Chris Darrow: You Think You Know, But Now You'll Really Know
|The following is an excerpt from Harvey Kubernik's revelatory interview with Chris Darrow. It appears in the July 26 issue of Goldmine. In this passage Chris discusses the first two Kaleidoscope albums. Thanks to the author for making this excerpt available to Pulsating Dream.
contents copyright 2001, Harvey Kubernik
“The Kaleidoscope was a great band and I am very proud to have been a part of its history.
"Our records, especially the first two, set the tone of the band and its sound. Solomon Feldthouse had an unmistakable voice and played instruments that most people had never seen in their lives. The Turkish caz and oud were mixed together with basses and guitars to meld into what has now been termed World Beat. We are now credited in many places as the first world beat band and I believe we were. Our album, 'Side Trips,' was recorded in no time; in fact we recorded seven songs at our first session. Our producer Barry Friedman a.k.a. Frazier Mohawk, who had put the Buffalo Springfield together, was perfect for our initial endeavor. We had little experience in the studio and his guidance helped a great deal.
"A good deal of our repertoire came from my earlier band the Floggs ('If the Night,' 'Hesitation Blues,' 'Come on In') and 'Pulsating Dream' was a rewrite of a Floggs tune. My song, 'Keep Your Mind Open' has been selected by MOJO as its number 19 pick of the greatest psychedelic songs of all time. 'Oh, Death' has now become a favorite due to its use in 'O, Brother Where Art Thou.' 'Please,' our first single, was also covered by the Hearts and Flowers and didn't help in our trying to make a slot for ourselves. David Lindley's 'Why Try' and Soloman's 'Egyptian Gardens' were attempts to merge the Middle Eastern with rock and roll. Fenrus Epp (Chester Crill) brought his knowledge of old jazz on a great version of 'Minnie the Moocher,' a Cab Calloway tune. This album set the attitude that would prevail throughout the history of the band," Chris explains.
"As you can see, our eclectic nature allowed us to perform with a myriad of performers. A list of acts is like a whose/who of rock: Jimi Hendrix, The Doors, The Dead, Steve Miller, The Sparrow, Quicksilver, The Chocolate Watch Band, Mad River, Country Joe, Johnny Winter, Jefferson Airplane, Hour Glass, Bo Diddley, Ike and Tina Turner, Lightnin' Hopkins, Flamin' Groovies, Spirit, Taj Mahal, Iron Butterfly, Nico, Tiny Tim, Janis Ian and Clear Light to name but a few. We even played the Monterey Pop Festival, but not on the stage. Too bad! Somehow we set up outside the venue to perform for all the Hell's Angels and others who couldn't get in the gate.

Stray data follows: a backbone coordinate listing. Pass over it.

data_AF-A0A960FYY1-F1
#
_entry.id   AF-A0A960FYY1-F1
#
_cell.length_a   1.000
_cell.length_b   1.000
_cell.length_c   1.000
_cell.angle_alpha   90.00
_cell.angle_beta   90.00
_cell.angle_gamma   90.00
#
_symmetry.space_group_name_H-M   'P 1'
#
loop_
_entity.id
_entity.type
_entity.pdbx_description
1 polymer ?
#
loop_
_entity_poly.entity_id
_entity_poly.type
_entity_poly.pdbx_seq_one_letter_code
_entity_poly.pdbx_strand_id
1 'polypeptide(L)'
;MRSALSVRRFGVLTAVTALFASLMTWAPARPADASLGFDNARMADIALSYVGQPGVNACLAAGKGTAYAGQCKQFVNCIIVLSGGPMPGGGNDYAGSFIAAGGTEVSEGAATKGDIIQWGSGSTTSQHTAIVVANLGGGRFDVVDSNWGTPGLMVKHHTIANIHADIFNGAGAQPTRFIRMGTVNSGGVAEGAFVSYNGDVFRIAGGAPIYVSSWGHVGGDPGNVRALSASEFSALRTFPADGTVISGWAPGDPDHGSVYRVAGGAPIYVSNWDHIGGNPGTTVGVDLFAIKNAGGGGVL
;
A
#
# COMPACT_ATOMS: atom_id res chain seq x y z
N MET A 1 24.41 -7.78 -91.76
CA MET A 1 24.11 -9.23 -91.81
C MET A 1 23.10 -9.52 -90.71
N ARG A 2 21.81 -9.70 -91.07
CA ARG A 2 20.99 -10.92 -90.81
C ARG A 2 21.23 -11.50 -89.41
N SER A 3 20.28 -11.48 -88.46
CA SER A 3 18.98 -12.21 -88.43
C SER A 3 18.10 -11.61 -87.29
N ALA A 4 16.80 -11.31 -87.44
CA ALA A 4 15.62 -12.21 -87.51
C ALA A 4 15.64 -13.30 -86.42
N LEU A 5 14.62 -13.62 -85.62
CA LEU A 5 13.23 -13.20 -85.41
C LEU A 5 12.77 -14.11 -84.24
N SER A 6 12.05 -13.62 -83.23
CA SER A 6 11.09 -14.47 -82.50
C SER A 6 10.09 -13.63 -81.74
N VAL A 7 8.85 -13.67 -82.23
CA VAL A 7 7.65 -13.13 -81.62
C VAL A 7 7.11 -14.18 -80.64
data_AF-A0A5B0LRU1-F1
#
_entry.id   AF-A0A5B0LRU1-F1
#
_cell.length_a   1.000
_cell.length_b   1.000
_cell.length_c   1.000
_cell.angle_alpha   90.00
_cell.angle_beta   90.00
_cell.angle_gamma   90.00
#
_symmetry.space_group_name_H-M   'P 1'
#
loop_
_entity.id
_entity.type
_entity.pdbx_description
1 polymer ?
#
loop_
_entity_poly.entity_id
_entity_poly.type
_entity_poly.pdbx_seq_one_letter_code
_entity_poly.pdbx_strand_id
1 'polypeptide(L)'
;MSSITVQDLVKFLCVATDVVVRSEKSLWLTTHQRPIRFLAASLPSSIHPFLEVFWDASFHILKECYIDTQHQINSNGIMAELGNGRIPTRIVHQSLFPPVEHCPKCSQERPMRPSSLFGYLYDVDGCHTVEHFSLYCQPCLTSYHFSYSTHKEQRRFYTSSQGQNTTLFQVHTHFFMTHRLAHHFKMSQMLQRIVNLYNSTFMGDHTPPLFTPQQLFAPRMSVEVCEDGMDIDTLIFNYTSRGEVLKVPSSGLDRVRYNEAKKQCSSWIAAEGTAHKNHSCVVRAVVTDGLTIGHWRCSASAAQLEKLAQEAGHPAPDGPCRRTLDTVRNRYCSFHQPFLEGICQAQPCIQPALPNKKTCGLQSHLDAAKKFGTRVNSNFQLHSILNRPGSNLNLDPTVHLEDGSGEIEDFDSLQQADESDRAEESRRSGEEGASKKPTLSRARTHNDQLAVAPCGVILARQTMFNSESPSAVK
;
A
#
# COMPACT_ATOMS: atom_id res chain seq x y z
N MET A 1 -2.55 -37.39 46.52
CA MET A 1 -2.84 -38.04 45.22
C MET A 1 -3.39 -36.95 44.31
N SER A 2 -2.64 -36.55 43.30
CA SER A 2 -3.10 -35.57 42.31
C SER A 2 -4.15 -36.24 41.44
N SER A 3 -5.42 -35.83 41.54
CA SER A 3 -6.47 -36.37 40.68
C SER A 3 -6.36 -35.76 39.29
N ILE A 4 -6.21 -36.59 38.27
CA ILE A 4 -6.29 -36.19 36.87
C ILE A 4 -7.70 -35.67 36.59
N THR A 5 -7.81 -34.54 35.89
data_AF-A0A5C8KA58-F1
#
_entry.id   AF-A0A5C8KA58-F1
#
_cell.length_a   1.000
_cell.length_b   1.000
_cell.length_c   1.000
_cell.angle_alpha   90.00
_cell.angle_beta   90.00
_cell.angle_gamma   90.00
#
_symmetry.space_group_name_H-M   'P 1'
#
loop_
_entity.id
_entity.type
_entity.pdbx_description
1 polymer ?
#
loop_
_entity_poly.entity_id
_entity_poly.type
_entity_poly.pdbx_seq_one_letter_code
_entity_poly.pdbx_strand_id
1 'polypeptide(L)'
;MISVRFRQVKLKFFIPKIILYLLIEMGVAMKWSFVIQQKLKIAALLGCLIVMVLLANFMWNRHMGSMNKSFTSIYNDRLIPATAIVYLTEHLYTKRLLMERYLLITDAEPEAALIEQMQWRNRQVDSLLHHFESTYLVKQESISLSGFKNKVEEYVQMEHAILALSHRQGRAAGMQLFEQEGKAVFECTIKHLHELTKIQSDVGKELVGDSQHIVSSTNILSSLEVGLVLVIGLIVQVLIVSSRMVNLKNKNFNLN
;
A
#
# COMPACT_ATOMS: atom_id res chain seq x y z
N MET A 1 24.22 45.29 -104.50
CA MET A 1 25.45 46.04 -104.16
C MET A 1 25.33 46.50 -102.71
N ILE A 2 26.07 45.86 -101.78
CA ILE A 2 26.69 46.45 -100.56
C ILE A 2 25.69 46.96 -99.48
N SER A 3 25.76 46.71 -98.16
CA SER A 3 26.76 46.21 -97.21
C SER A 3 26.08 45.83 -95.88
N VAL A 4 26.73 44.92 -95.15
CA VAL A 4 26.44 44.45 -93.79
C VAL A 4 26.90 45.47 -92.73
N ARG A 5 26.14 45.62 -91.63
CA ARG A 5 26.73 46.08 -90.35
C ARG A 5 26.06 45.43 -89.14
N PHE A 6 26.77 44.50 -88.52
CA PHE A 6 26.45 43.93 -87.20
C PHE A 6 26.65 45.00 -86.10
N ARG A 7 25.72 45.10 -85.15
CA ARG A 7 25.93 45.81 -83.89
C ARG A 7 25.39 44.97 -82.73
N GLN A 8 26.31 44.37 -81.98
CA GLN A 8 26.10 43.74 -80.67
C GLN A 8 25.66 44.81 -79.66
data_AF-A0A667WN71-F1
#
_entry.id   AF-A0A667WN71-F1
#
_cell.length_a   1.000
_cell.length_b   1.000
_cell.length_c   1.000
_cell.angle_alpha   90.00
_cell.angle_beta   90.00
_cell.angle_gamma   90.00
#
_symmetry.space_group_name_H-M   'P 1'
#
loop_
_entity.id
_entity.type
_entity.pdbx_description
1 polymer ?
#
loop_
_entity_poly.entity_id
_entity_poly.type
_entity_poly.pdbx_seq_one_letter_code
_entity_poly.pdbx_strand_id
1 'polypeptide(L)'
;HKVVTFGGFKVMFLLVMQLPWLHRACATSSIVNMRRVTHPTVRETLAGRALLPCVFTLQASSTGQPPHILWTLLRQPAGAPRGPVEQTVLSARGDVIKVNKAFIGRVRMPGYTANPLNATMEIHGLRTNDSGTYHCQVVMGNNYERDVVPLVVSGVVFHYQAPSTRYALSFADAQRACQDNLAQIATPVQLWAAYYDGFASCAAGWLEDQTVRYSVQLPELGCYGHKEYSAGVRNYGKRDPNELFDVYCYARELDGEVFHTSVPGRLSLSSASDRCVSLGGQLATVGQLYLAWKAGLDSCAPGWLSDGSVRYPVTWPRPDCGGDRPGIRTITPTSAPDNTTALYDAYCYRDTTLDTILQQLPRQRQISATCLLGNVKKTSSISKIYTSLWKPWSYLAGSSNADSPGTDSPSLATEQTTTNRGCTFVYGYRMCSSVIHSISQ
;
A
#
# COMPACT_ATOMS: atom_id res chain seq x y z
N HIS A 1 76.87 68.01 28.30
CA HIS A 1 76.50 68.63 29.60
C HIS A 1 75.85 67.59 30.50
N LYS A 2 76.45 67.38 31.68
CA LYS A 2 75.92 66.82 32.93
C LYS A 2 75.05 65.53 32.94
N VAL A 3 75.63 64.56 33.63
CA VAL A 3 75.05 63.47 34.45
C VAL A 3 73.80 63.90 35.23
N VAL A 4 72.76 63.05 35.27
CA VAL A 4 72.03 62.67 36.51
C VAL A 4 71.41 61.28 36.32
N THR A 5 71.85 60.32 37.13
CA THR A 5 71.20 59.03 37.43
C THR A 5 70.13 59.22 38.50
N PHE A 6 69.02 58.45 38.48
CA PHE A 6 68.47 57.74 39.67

"Our second album, Darrow continues, 'Beacon From Mars,' was ostensibly recorded as a live album. Two, long, extended cuts, the psychedelic, 'Beacon From Mars' and the exotic 'Taxim,' predated all the extended pieces performed by other bands of our time, including the Grateful Dead. These cuts helped to establish the validity of our musicianship. David Lindley's masterful feed back guitar on 'Beacon' is beyond anything anyone has done before or since. The recorded version is over 12 minutes long and it could be much longer on stage.
"In contrast to the electric nature of 'Beacon From Mars,' 'Taxim' was an acoustic, evocative, Middle Eastern excursion. Solomon's caz and Lindley's harp guitar are perfect foils for each other and Chester's violin punctuates the hypnotic groove with cool, acerbic precision. This is the piece that really set us apart from the crowd. There was no one that could even come close to our personal, exotic sound. Like 'Beacon,' 'Taxim' was long, at over 11 minutes, and could be extended on stage. Often there would be a swirl of belly dancers that would take over the stage.
The rest of the album ranges from the Cajun cover of Rusty and Doug's 'Louisiana Man,' Solomon's starkly traditional 'Greenwood Sidee,' to the R & B gem, 'You Don't Love Me' with Chester's screaming harmonica and David's stinging guitar. Chet and I did our Don and Dewey harmony on this cut. We did our usual humorous tune, 'Baldheaded End of a Broom,' and two originals, my song, 'Life Will Pass You By' and Earl Shackelford's, 'I Found Out.'
"There is a particular UK article 'Zig-Zag' Magazine published in the early '70s where Page called Kaleidoscope 'his favorite band of all time,' and he saw us play at the Avalon Ballroom in San Francisco. I know that Robert Plant's a big Kaleidoscope fan. When Swansong Records started, Jimmy Page called me on the phone and was interested in if I had any Kaleidoscope stuff. He was actually very interested in the stuff that ultimately came out on Nesmith's label. In that 'Zig Zag' story Page went on to proclaim Kaleidoscope "my ideal band – absolutely brilliant. I saw them one time and they played all the numbers off 'Beacon From Mars,' all that Moroccan stuff and having a whale of a time they were. They had such good roots and such a grip on their music – and that bloke Sol (Solomon Feldhouse) was a real traveler, the sort of bloke you'd meet on the road somewhere, and you knew there was no phoniness in him, because it showed in his music. One night I saw them playing the Avalon Ballroom, and he was doing a Flamenco thing, which was so authentic, easily as good as you'd expect from a top concert guitarist. And then this line of Flamenco dancers suddenly emerged from the wings and danced across the stage -just too much! It sounds a bit corny, just explaining it, but it certainly wasn't because the spirit and enthusiasm was so great."
contents copyright 2001, Harvey Kubernik